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New from CDC’s Division of Cancer Prevention and Control

Cover image of The Surgeon General's Call to Action to Prevent Skin CancerThe Surgeon General’s Call to Action to Prevent Skin Cancer
Skin cancer is the most common type of cancer the United States. This disease can greatly reduce quality of life, and it can be disfiguring and even deadly. The good news is that most cases of skin cancer can be prevented. The Surgeon General's Call to Action to Prevent Skin Cancer calls on partners in prevention from various sectors across the nation to address skin cancer as a major public health problem.

Advisory Committee on Breast Cancer in Young Women (ACBCYW) Meeting
The ACBCYW helps CDC develop evidence-based approaches to advance understanding and awareness of breast cancer among young women through prevention research, public and health professional education and awareness activities, and emerging prevention strategies. Its next meeting will be a teleconference on August 11, 2014 from 1:00 p.m. to 5:00 p.m. EDT.

Journal Supplement: Increasing Clinical Trial Enrollment Among Adolescents with Cancer
Children with cancer are living much longer than they did 35 years ago. But 15- to 19-year-old teens have had less progress in survival compared to younger children, mostly because fewer older teens take part in clinical trials. CDC led a series of webinars to help address this problem. The articles in this Pediatrics journal supplement discuss the challenges of clinical trial enrollment among teens with cancer and offer recommendations to address this issue.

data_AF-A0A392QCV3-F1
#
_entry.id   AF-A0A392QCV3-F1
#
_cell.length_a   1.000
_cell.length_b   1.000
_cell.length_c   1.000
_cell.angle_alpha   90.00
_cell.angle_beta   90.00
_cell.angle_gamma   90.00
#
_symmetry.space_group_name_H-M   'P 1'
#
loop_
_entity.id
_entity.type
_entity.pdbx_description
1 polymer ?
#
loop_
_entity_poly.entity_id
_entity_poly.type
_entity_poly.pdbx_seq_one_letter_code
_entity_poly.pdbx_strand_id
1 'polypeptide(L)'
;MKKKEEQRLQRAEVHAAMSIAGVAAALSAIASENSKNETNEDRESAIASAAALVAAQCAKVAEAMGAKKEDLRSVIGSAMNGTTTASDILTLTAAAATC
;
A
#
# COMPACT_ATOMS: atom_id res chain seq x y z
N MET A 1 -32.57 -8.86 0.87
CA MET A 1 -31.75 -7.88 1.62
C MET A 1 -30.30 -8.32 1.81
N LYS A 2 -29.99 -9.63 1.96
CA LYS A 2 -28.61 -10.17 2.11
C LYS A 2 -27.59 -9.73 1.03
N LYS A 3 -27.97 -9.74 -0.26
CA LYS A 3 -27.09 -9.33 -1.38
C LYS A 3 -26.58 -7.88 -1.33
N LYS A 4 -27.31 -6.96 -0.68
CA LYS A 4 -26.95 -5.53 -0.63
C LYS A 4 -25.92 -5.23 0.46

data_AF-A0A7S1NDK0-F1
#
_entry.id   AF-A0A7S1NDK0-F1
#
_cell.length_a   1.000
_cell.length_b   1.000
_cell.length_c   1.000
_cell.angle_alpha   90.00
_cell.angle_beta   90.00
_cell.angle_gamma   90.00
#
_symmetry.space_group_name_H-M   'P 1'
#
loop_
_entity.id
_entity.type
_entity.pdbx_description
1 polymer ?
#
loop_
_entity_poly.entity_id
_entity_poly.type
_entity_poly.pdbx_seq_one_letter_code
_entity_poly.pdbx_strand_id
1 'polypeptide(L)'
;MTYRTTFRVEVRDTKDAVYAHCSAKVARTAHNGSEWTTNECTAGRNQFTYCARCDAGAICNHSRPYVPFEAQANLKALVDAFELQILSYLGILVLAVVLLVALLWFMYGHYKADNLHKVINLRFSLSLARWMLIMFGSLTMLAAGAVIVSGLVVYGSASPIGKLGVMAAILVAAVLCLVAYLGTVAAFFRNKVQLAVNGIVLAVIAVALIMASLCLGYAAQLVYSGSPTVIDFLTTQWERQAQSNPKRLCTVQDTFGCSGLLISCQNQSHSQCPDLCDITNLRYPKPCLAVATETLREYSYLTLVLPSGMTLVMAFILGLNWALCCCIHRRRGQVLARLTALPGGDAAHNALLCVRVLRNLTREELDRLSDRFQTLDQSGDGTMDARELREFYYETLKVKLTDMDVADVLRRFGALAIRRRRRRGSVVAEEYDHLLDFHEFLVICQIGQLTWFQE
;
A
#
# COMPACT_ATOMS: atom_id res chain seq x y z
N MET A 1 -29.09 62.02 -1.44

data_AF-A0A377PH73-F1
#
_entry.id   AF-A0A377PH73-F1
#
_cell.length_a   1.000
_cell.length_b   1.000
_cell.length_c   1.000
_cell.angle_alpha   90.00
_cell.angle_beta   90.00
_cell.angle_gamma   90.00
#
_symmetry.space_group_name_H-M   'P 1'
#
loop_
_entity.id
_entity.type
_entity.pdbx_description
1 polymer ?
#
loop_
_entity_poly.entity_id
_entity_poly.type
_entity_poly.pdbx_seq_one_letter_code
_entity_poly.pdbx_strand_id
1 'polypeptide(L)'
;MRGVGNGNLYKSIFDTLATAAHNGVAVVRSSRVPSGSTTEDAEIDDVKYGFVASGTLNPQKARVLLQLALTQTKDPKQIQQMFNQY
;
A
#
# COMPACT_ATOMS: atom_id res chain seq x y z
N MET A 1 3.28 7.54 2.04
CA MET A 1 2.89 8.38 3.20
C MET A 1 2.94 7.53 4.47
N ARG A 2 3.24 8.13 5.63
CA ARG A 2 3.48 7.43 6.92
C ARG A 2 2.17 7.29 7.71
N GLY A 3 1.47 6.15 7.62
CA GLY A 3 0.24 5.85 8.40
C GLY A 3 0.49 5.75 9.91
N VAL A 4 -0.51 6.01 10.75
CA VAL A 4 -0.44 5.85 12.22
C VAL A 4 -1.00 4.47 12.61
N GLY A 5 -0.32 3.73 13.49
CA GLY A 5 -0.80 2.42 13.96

New Blog Post: Knowing BRCA Changed My Life
Guest blogger Rep. Debbie Wasserman Schultz writes, "Despite the perception that breast cancer is only something older women need to worry about, young women can and do get breast cancer. I myself was a young woman at high risk, but didn’t know it. Just months after a clean mammogram, in late 2007, I heard those terrible words, 'You have breast cancer.'"

New Radon Promising Practices Brief
Radon is a radioactive gas that occurs naturally in the environment and can cause cancer. Every year, radon is estimated to cause about 21,000 lung cancer deaths in the United States. Most radon exposure occurs in the home. States can play a vital role in protecting the public from exposure to radon.

CDC's Four Cancer RSS Feeds
Now you can keep up with new CDC cancer research and what's new on CDC's Cancer Web site using your favorite RSS reader. Questions? Learn more about RSS.
     • CDC's Cancer News RSS feed
     • CDC's Cancer Research RSS feed
     • CDC's Cancer Features RSS feed
     • Canal RSS de especiales sobre el cáncer

CDC's Cancer News E-Mail in Spanish
Spanish speakers can now subscribe to receive an overview of new CDC cancer research and what's new on CDC's Cáncer en español Web site via e-mail. The newsletter is sent every two weeks.

 
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